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Discussion Starter #1 (Edited by Moderator)
I went to Greece on vacation last week, and while there helped/observed the feeding of 100 cats in Athens and the care of 90+ dogs in a refuge in Santorini.
Nine Lives (based in UK) does a wonderful job taking care of cats in Athens. The woman I went with feeds around 100 cats at eight different feeding stations four times a week around the base of the Acropolis. Other volunteers feed in the morning, other days. The cats know her smell, walk, voice, and come running at feeding time. She can pet most of them. Initially the Greek residents were not happy with Nine Lives feeding the cats, but soon came to realize that the cats were healthier and the cat population was decreasing. All the cats have been spayed / neutered (and the volunteers recognize when a new cat comes around and s/n them), and given regular deworming/defleaing medication. Nine Lives is largely funded by ex-patriots who live in other parts of the country. It costs Nine Lives around 50 US$ to s/n a cat; it costs a private individual around 100$ to s/n--in some cases, that represents half the person's monthly income. Nine Lives helps those individuals, funds permitting.
In Santorini, I went through Christina of SAWA--Santorini Animal Welfare Association--to visit their refuge for dogs and donkeys. Greeks do not understand the concept of having an animal as a pet; if the cat doesn't eat vermine or the dog/donkey can't guard/work, then the animal has no value and is often poisoned (cat food + rat poison or glass) or chained to a tree in the middle of no where and left to die. So SAWA rescues the dogs they hear about, and some people drop off a dog at their facility, chained to a tree, in the middle of the night. SAWA is trying to re-educate people about animals, pets, starting at the kindergarden level; previous attemps proved less than successful. Christina's frustration at the enormity of the problem is platable. SAWA is largely funded by ex-patriots or people who visit Santorini on a regular basis and hear about the plight of animals. Cats fare better than dogs/donkeys in Santorini because the cats eat mice and rats (every 10 feet it seems there is a restaurant/cafe). I saw bowls of dry cat food placed in front of several shops. I bought some cat food and put it out when I saw a cat (and no shop keeper); the cats woofed it down. A 3.5 oz can (think Fancy Feast size) costs around one US dollar. Also it seems cats aren't bothered as much as dogs by the cold(er) weather--the cats can seek shelter more easily than can a big dog.
To be fair, many Greeks don't have the money for vet care. And culturally s/n isn't accepted like it is in the USA. On the other hand, it is illegal to euthanize animals except in very limited circumstances.
I was able to visit "Dr. Margaruite", the vet SAWA uses; while there, it was "cat day", she was s/n around 7 cats. I don't know the circumstances of how the cats came to her. The vet also has a cat room, where I visited three adorable kittens, all had eye diseases, one cat (the friendliest) was blind. The cats were well taken care of; there was a volunteer there who comes 4 x a week (she lives in UK six months, in Santorini six months).
It was fascinating to learn how feral/stray cats/dogs are treated in a different country. And makes the USA's policies light years ahead of some other countries.
 

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Lightyears ahead and yet lightyears behind where we should be, morally. Poor animals... it's terrible that they suffer so because of human indifference and cruelty.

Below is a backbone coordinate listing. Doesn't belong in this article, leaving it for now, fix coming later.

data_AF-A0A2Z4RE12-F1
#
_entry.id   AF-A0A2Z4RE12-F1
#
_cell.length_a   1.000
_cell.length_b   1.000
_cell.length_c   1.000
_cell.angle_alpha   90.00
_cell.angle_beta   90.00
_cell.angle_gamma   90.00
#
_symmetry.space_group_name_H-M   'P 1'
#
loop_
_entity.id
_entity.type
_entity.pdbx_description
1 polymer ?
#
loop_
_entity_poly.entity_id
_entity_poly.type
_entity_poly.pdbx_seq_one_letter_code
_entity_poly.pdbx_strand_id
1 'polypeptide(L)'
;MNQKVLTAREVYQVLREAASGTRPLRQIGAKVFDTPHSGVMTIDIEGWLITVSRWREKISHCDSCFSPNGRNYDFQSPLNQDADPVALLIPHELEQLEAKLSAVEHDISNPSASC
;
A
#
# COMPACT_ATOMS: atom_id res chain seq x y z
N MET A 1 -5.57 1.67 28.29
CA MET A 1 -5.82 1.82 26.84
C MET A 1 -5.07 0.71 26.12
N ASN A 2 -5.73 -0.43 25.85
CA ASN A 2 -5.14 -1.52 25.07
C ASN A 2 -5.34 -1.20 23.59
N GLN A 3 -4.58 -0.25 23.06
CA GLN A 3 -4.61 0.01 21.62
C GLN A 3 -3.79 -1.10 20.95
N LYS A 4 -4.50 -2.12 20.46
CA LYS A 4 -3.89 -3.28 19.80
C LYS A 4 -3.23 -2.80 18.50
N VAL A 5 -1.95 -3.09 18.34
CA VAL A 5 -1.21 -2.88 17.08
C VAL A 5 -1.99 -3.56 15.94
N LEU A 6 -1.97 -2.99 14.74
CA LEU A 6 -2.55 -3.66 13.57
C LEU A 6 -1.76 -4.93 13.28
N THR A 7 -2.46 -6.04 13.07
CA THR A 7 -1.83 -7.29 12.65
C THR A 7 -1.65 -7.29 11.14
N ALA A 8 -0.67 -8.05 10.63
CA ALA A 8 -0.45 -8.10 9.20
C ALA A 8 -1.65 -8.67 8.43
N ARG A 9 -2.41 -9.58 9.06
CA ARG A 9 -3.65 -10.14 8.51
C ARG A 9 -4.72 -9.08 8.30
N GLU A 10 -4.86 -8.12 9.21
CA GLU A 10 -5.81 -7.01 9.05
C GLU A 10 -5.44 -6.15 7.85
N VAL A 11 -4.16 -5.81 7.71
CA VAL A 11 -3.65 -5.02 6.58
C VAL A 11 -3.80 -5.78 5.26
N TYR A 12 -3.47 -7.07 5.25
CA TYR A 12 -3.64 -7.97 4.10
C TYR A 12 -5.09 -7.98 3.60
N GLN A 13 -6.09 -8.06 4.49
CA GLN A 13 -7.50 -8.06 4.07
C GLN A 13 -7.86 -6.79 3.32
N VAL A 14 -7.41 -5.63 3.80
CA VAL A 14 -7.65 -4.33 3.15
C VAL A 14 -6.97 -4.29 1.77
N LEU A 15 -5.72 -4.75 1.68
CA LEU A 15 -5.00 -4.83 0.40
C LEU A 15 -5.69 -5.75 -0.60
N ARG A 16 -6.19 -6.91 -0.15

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Ritzpg how wonderful you were able to visit that place. Ive followed them for years and supported them. What a wonderful experience you had!

I think this is where I learned in Europe they spay on the side of the stomach, not like we do, underneath! They are an example of TNR at its best!
 

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Discussion Starter #4
Spay on the side--you know, I was wondering about that because one of the kittens we did see at the clinic had fur shaved on its side, not the place I expected.
Interestingly, while staying in a hotel in Mykonos, a calico cat came around every day, right around dinner time (and then breakfast...). Super friendly, and amazingly, it's ear was tipped. Don't know who the cat belonged to, as there were several other cats around, not ear tipped.
http://i1205.photobucket.com/albums/bb437/Ritz1954/Greece 2012/CaliconewBFFMykonos.jpg
 

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Do you mean some countries don't make the incision on the left side? I've only seen left-side incision spaying here.
 

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I went to Greece on vacation last week, and while there helped/observed the feeding of 100 cats in Athens and the care of 90+ dogs in a refuge in Santorini.
Greeks do not understand the concept of having an animal as a pet; if the cat doesn't eat vermine or the dog/donkey can't guard/work, then the animal has no value and is often poisoned (cat food + rat poison or glass) or chained to a tree in the middle of no where and left to die.
Are you referring to the whole population? I thought I was Greek, but then again I have a cat I took off the street and saved two more which are now enjoying love and comfort in their Greek homes. Oh, and I am pretty sure I don't have mice in my house. Does this make me an American???
 

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Discussion Starter #7
It makes you a caring person.
I got this information from a woman who works closely with SAWA.
I am glad the attitude is changing.
 
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